We’re at that time of year when we as consumers are literally assaulted by marketing to persuade us to spend. Sales and discounts and coupons for Black Friday, Cyber Monday, pre-Black Friday, pre-Cyber Monday, Christmas, pre-Christmas, New Year….
And as a business, James&Co is in there doing its bit to persuade you to buy our products. Of course, we are in no way able to compete with the marketing behemoths behind the huge enterprises and chains. Nor do we want to bombard our followers with daily incentives so that they conclude that we are just in in for the dollar as well.
In our marketing and advertising, we are offering discounts and bargains like all the competitive retailers. But we call out the differentiator that as a business that sells products with conscience, the discounts and bargains on offer are also discounts and bargains with conscience.
In the absence of research to date to support whether the James&Co conscience differentiator is a persuader for consumers, we do reflect on whether it gets lost amid the discounting hype.
And whether the James&Co message to shop ethical crueltyfree alternatives and to buy from businesses that have transparent non-exploitative supply chains is at odds with the commercial message to spend, spend, spend for the bargains?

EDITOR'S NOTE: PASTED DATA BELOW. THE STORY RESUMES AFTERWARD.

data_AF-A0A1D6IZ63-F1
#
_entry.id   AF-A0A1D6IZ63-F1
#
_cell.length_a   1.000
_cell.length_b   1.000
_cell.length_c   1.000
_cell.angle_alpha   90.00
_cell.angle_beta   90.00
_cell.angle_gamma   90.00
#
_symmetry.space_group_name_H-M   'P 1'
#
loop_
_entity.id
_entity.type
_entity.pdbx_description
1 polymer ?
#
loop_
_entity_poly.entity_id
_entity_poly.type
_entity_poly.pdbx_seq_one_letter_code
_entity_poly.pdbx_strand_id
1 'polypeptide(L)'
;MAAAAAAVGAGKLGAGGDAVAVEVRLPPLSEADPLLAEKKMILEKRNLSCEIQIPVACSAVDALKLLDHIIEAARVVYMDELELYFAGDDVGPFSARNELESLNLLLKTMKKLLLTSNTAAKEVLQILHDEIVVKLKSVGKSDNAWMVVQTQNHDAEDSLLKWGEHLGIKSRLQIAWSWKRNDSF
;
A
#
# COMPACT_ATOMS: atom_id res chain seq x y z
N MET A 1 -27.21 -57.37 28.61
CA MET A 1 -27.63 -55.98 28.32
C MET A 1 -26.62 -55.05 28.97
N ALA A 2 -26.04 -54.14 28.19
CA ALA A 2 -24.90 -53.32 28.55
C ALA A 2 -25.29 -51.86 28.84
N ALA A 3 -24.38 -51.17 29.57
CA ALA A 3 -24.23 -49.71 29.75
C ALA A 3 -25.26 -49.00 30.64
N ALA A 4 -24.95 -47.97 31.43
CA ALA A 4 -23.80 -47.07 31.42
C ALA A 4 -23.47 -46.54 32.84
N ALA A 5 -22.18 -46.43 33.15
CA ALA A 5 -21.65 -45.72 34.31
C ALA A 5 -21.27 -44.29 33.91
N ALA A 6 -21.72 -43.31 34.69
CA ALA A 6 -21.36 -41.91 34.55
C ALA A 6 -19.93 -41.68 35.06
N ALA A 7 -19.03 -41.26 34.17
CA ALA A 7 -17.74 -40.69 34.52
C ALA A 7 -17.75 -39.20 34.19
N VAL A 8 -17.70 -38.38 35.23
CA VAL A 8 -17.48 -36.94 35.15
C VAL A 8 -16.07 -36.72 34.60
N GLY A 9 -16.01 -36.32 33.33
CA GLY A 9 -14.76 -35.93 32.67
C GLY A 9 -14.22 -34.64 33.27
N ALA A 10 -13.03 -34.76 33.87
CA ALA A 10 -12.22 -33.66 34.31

Or whether the marketing might and ability of others to absorb massive product discounts for their offerings results in the conscious choice becoming a secondary consideration for the consumer to getting the massive bargain.
We are still a relatively new business after just 3 years, but I can say with comfort if not statistical support that the feedback and observations from our customers and followers confirms our belief that the commitment to shop ethically is not a casualty of rampant commercialism.
I would love to hear from our readers and followers. I pose this question:
If you could buy a brand-name leather jacket for 50% off or a brand-name leather alternative jacket for 50% off – which would you buy and why?